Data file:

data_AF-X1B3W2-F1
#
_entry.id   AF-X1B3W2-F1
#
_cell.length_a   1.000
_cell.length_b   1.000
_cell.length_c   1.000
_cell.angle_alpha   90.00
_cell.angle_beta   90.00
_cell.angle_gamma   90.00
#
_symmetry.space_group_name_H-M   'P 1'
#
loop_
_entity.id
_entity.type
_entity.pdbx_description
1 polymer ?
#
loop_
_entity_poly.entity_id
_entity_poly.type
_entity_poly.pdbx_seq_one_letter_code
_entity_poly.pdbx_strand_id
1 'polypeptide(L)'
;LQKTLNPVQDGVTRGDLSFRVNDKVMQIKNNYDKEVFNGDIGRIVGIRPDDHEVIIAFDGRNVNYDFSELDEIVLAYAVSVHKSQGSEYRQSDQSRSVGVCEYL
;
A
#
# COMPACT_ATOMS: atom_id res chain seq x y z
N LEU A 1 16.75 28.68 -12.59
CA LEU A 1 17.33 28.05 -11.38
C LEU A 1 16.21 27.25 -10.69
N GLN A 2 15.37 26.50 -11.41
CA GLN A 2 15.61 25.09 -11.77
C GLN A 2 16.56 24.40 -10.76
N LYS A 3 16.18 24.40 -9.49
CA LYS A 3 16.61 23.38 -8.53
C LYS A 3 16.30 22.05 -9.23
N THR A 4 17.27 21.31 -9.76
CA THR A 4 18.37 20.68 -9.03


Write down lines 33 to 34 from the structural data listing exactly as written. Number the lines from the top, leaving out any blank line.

C LEU A 1 16.21 27.25 -10.69
N GLN A 2 15.37 26.50 -11.41